Right-to-left string replace in Python?

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I want to do a string replace in Python, but only do the first instance going from right to left. In an ideal world I’d have:

myStr = "mississippi"
print myStr.rreplace("iss","XXX",1)

> missXXXippi

What’s the best way of doing this, given that rreplace doesn’t exist?

rsplit and join could be used to simulate the effects of an rreplace

>>> 'XXX'.join('mississippi'.rsplit('iss', 1))

>>> myStr[::-1].replace("iss"[::-1], "XXX"[::-1], 1)[::-1]

>>> re.sub(r'(.*)iss',r'\1XXX',myStr)

The regex engine cosumes all the string and then starts backtracking untill iss is found. Then it replaces the found string with the needed pattern.

Some speed tests

The solution with [::-1] turns out to be faster.

The solution with re was only faster for long strings (longer than 1 million symbols).

you may reverse a string like so:


to replace just add the .replace:

print myStr[::-1].replace("iss","XXX",1)

however now your string is backwards, so re-reverse it:


and you’re done.
If your replace strings are static just reverse them in file to reduce overhead.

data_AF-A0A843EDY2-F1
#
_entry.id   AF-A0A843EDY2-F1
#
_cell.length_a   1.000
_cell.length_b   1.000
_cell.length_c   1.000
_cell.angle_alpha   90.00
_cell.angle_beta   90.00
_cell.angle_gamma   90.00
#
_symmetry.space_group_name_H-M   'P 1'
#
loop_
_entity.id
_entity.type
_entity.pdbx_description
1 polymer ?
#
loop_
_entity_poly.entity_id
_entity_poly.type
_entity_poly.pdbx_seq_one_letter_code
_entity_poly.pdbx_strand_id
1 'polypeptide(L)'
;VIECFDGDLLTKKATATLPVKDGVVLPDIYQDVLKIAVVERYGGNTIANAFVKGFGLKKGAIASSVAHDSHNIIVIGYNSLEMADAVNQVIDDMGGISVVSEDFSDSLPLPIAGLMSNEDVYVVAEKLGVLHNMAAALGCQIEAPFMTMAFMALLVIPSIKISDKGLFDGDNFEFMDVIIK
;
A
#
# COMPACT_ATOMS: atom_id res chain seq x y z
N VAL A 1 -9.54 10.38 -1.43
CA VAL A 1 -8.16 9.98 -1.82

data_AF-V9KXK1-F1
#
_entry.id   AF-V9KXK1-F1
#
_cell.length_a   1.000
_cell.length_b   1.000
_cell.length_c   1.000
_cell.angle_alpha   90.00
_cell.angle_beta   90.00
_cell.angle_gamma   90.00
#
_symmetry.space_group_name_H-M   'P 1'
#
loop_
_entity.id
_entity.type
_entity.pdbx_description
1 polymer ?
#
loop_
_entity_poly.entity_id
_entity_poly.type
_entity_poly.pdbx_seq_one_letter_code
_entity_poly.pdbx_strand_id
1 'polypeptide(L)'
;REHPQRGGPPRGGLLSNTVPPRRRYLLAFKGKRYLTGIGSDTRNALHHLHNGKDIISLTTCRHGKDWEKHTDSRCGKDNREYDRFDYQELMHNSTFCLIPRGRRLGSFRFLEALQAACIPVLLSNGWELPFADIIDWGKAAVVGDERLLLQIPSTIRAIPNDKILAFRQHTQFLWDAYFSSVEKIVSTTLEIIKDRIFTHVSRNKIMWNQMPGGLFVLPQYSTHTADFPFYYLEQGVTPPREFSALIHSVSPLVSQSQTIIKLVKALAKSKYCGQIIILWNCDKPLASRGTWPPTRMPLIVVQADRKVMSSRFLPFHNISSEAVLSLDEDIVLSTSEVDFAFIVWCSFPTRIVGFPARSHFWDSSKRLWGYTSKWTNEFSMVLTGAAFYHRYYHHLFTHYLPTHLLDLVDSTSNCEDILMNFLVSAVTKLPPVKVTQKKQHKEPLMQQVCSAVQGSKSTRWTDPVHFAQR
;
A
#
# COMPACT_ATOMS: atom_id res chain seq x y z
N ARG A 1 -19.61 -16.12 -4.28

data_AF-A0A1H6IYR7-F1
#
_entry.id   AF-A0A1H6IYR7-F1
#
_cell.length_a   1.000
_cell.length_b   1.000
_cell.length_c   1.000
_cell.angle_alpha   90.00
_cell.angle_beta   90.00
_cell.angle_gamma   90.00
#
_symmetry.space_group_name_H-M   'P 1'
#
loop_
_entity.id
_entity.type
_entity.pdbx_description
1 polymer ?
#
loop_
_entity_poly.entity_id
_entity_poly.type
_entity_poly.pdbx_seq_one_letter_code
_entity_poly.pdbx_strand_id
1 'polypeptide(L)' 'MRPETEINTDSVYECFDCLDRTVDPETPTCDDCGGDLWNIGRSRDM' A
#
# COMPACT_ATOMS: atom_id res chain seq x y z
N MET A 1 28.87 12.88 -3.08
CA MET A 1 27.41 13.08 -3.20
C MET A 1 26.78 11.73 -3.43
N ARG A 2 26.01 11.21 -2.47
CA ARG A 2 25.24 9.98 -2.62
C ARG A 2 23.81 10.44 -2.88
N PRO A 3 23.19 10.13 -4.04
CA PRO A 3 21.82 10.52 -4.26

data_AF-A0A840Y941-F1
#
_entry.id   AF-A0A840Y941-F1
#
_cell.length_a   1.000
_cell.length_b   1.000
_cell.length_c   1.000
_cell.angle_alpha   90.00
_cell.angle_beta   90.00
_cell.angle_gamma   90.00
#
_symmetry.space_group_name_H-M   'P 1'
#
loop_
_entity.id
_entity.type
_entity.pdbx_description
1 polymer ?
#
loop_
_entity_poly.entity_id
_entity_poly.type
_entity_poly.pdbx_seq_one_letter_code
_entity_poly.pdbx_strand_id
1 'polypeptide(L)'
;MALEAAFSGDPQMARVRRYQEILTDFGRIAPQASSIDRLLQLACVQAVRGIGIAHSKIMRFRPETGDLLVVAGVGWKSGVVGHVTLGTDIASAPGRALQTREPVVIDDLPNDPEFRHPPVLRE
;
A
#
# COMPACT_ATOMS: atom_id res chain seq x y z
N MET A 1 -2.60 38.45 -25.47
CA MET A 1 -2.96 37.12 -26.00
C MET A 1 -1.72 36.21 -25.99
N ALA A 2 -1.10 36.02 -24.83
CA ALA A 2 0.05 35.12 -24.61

If not, the same trick will work.


def rreplace(s, old, new):
        place = s.rindex(old)
        return ''.join((s[:place],new,s[place+len(old):]))
    except ValueError:
        return s

You could also use str.rpartition() which splits the string by the specified separator from right and returns a tuple:

myStr = "mississippi"

first, sep, last = myStr.rpartition('iss')
print(first + 'XXX' + last)
# missXXXippi

Using the package fishhook (available through pip), you can add this functionality.

from fishhook import hook

def rreplace(self, old, new, count=-1):
    return self[::-1].replace(old[::-1], new[::-1], count)[::-1]

print('abxycdxyef'.rreplace('xy', '--', count=1))

# 'abxycd--ef'

It’s kind of a dirty hack, but you could reverse the string and replace with also reversed strings.

"mississippi".reverse().replace('iss'.reverse(), 'XXX'.reverse(),1).reverse()

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